The fact that there were four plaques for this event, and that
only six of the seven finalists would gain laurels weighed heavily
on a lot of minds. This was especially true of Samantha, who
was looking for her first-ever laurels at WBC, and was willing
to miss the 4-person playoffs to guarantee it - Sandman be damned.
So, sitting in sixth, with David the current patsy in seventh,
she played Leonard in an effort to start the playoffs early.
This didn't work, as another tie resulted. Next Natalie, calling
David her "favorite guy", played him giving David an
extremely rare win, to the applause of the entire table.
It wasn't enough, though, as Luke challenged Samantha in the
next round, with a win putting him in the playoffs, and guaranteeing
Samantha sixth. Despite the chants wishing for another tie, Luke
pulled out the victory sending David home in the unfortunate
seventh position. Samantha then lost to Leonard in the 5/6 game.
The playoffs were then set. In the first matchup, Luke's mediocre
team with a bruiser was up against Natalie's mediocre team without
one. Luke's bruiser ripped through Natalie's players on the way
to a 3-0 win.
In the other playoff, the Nicole-Drew rivalry repeated itself
when Nicole's better team had to withstand Drew's bruiser. Nicole
won the first two games, but lost her best player in the second.
Drew took advantage of the injury to tie the series, leading
to a deciding fifth game. At this point the excitement in the
arena was palpable, with both players slamming their cards down
with extreme force, and the rest of the table slapping the table
in unison to add to the noise. Nicole managed to pull out the
fifth game win, but not before slamming a card down on the table
so hard that she injured her hand. Nicole went to rest her hand
while the consolation playoff round was played for the third
place plaque. Natalie and Drew faced off, and Natalie won in
the deciding game.
The preliminaries dispensed with, the Final was set - Luke's
bruiser versus Nicole's slightly superior players. Nicole's injured
hand was not an issue, as the table pounding resumed enthusiastically.
Nicole won the first game, losing a 4-strength player. Luke took
the second game, again bruising a 4-strength player from Nicole's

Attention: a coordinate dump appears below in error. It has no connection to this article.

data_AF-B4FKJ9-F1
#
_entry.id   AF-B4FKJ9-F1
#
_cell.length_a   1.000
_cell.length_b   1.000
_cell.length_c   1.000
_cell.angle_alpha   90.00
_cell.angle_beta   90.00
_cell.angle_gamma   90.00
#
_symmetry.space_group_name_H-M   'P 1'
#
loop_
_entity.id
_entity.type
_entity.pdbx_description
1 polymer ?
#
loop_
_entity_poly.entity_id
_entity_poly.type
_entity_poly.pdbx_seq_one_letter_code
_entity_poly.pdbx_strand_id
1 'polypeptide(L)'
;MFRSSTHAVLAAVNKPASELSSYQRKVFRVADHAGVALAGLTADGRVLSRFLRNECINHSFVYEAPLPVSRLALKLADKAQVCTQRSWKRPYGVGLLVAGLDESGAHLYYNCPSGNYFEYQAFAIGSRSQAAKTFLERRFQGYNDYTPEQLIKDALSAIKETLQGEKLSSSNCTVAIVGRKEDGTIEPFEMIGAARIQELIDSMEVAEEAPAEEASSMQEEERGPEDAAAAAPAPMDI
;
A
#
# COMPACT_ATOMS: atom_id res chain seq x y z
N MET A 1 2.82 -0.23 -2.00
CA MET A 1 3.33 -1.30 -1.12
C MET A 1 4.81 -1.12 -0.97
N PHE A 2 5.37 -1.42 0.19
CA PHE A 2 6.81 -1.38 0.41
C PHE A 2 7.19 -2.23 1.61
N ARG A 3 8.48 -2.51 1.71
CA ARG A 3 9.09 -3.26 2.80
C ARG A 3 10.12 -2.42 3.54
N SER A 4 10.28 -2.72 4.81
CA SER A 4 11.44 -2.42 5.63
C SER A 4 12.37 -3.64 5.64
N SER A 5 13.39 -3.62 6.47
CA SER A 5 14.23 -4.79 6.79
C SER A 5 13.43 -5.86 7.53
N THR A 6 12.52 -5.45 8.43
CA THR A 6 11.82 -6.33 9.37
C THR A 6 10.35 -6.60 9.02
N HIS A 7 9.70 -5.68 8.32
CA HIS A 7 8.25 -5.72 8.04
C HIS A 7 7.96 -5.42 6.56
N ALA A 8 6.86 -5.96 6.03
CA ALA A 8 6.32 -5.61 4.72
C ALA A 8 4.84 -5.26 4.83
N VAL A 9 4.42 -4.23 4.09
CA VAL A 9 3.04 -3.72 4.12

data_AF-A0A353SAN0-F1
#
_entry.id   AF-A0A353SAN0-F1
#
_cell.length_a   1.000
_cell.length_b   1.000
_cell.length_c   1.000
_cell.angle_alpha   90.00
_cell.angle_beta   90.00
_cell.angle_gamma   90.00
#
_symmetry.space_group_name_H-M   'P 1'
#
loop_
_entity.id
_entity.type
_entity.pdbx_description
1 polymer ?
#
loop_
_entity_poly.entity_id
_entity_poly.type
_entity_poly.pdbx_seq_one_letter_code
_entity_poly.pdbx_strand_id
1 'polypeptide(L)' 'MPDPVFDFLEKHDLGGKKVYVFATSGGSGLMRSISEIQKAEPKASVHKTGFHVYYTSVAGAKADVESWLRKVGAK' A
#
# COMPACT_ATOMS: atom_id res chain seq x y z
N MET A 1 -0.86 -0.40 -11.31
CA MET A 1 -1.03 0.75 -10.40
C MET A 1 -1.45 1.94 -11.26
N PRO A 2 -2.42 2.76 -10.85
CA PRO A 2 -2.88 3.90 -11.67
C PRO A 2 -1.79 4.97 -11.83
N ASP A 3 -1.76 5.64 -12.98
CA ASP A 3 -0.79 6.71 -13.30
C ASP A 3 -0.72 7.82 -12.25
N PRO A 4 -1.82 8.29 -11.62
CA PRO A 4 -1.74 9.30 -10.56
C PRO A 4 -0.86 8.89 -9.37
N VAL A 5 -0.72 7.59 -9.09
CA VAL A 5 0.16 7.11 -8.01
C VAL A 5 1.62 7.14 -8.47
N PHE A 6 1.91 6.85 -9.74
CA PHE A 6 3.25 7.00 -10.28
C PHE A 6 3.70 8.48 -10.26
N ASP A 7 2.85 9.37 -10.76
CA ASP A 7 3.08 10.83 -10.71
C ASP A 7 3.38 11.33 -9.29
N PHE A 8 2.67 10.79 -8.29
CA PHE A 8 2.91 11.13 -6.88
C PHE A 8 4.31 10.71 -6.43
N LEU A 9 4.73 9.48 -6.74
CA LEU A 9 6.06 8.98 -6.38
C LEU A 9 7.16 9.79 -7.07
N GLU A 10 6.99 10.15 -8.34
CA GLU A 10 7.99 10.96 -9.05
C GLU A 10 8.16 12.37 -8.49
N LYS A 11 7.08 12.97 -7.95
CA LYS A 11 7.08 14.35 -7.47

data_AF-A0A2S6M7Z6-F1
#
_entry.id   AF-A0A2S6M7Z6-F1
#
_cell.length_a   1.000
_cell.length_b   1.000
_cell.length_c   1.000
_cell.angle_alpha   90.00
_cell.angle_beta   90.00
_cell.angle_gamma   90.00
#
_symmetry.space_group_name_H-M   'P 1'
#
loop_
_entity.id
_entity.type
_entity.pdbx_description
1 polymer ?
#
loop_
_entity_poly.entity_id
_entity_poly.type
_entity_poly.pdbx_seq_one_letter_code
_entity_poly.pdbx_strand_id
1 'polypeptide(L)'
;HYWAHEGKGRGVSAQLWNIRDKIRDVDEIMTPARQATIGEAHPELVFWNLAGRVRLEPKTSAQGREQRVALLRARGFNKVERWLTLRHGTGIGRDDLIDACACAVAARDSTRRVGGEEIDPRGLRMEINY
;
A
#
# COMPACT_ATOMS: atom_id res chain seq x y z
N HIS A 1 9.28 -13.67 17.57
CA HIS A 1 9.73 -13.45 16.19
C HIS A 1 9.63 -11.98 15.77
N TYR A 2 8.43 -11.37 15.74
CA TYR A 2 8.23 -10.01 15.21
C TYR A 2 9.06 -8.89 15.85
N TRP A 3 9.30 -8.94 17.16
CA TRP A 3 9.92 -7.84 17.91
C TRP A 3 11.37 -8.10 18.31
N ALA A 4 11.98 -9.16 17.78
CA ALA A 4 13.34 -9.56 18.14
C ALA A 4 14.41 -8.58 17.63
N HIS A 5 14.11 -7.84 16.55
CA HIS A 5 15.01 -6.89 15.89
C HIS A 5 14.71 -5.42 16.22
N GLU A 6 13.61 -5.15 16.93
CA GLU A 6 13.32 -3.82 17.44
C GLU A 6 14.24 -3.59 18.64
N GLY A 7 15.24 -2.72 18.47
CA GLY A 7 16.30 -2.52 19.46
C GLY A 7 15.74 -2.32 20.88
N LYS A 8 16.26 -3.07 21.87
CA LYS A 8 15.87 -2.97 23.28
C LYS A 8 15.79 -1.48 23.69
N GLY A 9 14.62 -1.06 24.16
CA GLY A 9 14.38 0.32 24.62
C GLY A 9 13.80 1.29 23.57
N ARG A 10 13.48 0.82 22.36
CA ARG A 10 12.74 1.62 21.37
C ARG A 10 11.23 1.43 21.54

hand. The third game had Nicole lose her best player in a victory.
However, the Reiff luck must be genetic, as her replacement player
was the Superstar. Luke refused to give up, winning the fourth
game, leaving the series tied at 2 games apiece. Game 5 went
to overtime, and Luke decided to not think too hard about what
card to play for the sudden-death segment. This cost him the
game, and led to some loud coaching from his girlfriend. Game
6 also went to overtime, and this time Luke's girlfriend said:
"Focus!". Her instructions must have worked, as Luke
won that game, forcing a deciding game 7. Before the last game,
Nicole declared to the table "Second is fine with me".
Luke then offered "Why don't you concede then?". Nicole's
one word reply: "No" started the game off. The game
was close, and went down to the last card. Luke's best player
was up against Nicole's goalie. If he could just make the roll,
he would force overtime, where his focus could give him the win.
Alas, it has been my experience that the two luckiest things
in WBC are Reiffs and teenage girls. Nicole encompassed both
of these, and Luke was doomed from the start. Nicole went home
clutching the coveted Superstar plaque, and got to enjoy the
long ride home, plaque-checking her woodless father at every
other exit along the way.
The Tighe family breaks them in early.
Slapshot is more party than tournament - a rousing farewell
till next year - with Round 1 tables composed of friends and
Pam Gutermuth subbed for her AWOL
sister in tormenting moi. With bruiser in hand and under orders
from Lisa she snagged my Superstar in the first game. How do
they do that?
Mark Yoshikawa dropped the puck for 19 little hockey players
this year. Caitlin Jaeger proved to be the toughest little bruiser
in the rink. She was followed by Wes Lewis, Aidan Czyryca, Matthew
Roizin-Prior, Nick Evich and Serge Philip.
GM Mark Yoshikawa drops the puck and
runs for cover.
No WBC education is complete without an introduction
to the Saturday nite party.
Caitlin gets her plaque from the head
zebra - the always affable Mark Yoshikawa - recovering from assorted
kid-induced puck bruises and prepping for the Saturday night